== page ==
Human Rights: Upholding the right to education

20 March 2024 ,  Sharne Losper 907
The right to education is outlined in section 29 of the Constitution of the Republic of South Africa, 1996 (hereinafter “the Constitution”). This section guarantees that everyone has the right to basic education and the right to further education, which the state, through reasonable measures, must make progressively available and accessible. In South Africa the right to basic education can be described as a fundamental socio-economic right, that is, an entitlement to conditions and resources necessary for the material well-being of people.  

Article 1 of the World Declaration on Education for All defines basic education as: “an education which provides essential learning tools (such as literacy, oral expression, numeracy, and problem-solving) and the basic learning content (such as knowledge, skills, values and attitudes) required by human beings to be able to survive, to develop their full capacities, to live and work in dignity, to participate fully in development, to improve the quality of their lives, to make informed decision, and to continue learning”.  To illustrate the extent to which the right to education is safeguarded and promoted in South Africa, the Supreme Court of Appeal case of Minister of Justice and Correctional Services and others v Ntuli [2024] 1 All SA 333 (SCA) will be set out and evaluated. 

The rights of prisoners
In November 2023, the Supreme Court of Appeal handed down a landmark judgement in which it provided prisoners with the right to use their personal computers while incarcerated to advance their online studies. 

In the aforementioned matter, the respondent, Mr Ntuli who is serving a 20-year prison sentence sought to pursue a computer studies course through Oxbridge Academy with his family's support. He requested permission to use his personal computer in his cell for his studies. However, his request was denied, citing the prison's educational policy prohibiting personal computers in cells. 

Mr Ntuli consequently initiated legal proceedings in the Gauteng Division of the High Court, Johannesburg, challenging the Policy Procedures Directorate Formal Education, which resulted in his denial to use his personal computer in his cell for studying purposes. Acting Judge Matsemela held that this policy creates an unjustifiable limitation on Mr Ntuli's constitutional right to further education in terms of section 29(1)(b) of the Constitution and thus amounted to unfair discrimination in terms of the Promotion of Equality and the Prevention of Unfair Discrimination Act 4 of 2000 (hereinafter the “Equality Act”).
 
As a result, the High Court declared that Mr Ntuli has the right to use his personal computer in his cell, without internet access, for as long as he remains a registered student with any recognised tertiary institution in South Africa. Upon appeal, this position by the High Court was reaffirmed.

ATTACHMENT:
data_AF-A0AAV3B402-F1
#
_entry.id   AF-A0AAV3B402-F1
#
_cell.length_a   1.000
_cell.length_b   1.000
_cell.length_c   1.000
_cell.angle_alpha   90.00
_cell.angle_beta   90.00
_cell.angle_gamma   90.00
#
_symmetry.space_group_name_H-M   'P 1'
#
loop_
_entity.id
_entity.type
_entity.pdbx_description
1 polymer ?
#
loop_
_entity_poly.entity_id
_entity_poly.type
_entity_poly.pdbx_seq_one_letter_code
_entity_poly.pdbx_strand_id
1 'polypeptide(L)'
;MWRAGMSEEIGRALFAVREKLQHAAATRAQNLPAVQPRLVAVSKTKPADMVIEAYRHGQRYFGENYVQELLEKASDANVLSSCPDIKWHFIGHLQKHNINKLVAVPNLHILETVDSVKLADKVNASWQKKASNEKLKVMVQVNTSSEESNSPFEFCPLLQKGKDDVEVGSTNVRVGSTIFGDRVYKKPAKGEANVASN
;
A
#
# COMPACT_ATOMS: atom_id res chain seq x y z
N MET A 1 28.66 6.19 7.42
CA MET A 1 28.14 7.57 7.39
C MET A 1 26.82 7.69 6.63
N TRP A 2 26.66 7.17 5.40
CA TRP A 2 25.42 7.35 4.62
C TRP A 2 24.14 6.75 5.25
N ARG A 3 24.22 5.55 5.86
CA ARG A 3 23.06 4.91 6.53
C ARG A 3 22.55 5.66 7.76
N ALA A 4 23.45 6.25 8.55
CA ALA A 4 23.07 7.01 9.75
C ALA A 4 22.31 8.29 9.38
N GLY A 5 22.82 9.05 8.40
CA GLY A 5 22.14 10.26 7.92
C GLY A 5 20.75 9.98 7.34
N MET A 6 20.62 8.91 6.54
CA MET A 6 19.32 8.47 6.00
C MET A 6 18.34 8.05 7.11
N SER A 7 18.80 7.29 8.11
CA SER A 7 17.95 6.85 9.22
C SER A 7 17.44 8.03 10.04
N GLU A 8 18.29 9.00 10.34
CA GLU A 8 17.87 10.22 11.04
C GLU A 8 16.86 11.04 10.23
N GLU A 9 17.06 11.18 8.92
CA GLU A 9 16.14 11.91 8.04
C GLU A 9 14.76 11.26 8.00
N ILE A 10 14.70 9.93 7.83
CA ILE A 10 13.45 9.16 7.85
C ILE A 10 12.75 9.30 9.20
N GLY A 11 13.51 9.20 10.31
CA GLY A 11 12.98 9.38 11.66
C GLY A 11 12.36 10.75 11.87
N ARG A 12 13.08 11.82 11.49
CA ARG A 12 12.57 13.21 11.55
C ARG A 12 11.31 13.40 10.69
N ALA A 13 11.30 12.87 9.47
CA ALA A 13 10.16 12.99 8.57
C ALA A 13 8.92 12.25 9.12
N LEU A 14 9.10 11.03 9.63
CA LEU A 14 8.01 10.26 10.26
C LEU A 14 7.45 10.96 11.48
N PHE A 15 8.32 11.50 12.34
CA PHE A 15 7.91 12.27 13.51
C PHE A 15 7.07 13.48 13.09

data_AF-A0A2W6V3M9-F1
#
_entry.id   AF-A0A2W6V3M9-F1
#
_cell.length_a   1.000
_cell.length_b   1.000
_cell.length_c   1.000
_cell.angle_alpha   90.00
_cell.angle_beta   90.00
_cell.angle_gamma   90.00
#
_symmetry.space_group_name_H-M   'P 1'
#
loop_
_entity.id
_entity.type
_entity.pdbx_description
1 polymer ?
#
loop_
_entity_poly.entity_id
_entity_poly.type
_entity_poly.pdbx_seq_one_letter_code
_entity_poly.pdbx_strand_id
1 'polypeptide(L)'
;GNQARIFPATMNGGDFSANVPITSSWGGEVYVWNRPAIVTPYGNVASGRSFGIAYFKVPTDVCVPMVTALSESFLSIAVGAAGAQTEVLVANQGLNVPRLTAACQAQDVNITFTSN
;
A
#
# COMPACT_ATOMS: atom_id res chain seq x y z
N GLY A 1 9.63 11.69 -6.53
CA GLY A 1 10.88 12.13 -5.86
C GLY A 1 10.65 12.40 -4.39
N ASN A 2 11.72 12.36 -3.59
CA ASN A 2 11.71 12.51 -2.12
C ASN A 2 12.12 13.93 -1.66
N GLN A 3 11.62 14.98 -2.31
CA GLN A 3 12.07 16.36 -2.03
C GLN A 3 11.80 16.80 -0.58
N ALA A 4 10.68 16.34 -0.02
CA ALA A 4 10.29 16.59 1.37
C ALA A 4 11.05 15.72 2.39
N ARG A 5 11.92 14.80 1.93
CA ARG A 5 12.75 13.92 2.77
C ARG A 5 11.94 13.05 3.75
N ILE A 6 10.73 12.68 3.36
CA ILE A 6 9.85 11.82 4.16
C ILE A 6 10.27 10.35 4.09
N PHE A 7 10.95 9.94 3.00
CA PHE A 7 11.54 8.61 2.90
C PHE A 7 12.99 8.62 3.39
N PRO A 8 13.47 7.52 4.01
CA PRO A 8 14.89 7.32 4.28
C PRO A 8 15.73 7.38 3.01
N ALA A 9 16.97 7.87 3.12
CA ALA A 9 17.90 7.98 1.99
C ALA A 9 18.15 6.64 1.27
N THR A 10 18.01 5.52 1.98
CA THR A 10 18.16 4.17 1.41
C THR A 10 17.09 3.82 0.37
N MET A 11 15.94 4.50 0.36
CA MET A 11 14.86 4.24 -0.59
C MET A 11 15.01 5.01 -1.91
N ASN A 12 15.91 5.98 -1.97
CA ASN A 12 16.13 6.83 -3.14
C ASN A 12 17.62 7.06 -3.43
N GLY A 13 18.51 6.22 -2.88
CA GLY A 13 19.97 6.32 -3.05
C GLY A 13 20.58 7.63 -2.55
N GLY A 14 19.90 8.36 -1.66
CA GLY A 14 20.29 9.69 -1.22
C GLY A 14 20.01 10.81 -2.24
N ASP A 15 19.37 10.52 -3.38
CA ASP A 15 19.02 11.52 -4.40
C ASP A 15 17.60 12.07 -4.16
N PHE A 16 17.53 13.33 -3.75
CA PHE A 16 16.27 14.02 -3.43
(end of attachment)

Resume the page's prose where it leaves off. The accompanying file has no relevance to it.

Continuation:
It should be noted that Mr Ntuli was not prevented from enrolling in a computer studies course, his ability to pursue this course of study was merely restricted. Hence an application was brought to extend the time in which Mr Ntuli could have access to his personal laptop by allowing him to do so in his cell. 

In its Judgement, the Supreme Court of Appeal relied on the case of Whittaker & Morant v Roos & Batemen  where it was held that: “True, the plaintiffs’ freedom had been greatly impaired by the legal process of imprisonment, but they were entitled to demand respect for what remained. The fact that their liberty had been curtailed could afford no excuse for a further illegal encroachment upon it.”

To conclude, the case of the Minister of Justice and Correctional Services and others v Ntuli serves as a significant milestone in the protection and enforcement of the right to further education in South Africa, as outlined in section 29(1)(b) of the Constitution. Through this legal precedent, the Supreme Court of Appeal affirmed the fundamental principle that every individual, including prisoners, has the right to education. By declaring the prison policy prohibiting personal computers in cells as an unjustifiable limitation on Mr Ntuli's constitutional right to education, the court affirmed the principle of non-discrimination and the importance of providing equitable access to educational resources.

Furthermore, by granting Mr Ntuli the right to use his personal computer for educational purposes in his cell, subject to reasonable conditions, the court affirmed the principle that educational access should not be unduly hindered by institutional policies. Ultimately, the Ntuli case serves as a compelling reminder of the enduring commitment of the South African legal system to uphold and protect the right to education as a fundamental human right. It reinforces the principle that even in the most restrictive of environments, the pursuit of knowledge and self-improvement must be safeguarded, ensuring that individuals can fulfil their potential and contribute meaningfully to society.



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Related Expertise: Dispute Resolution
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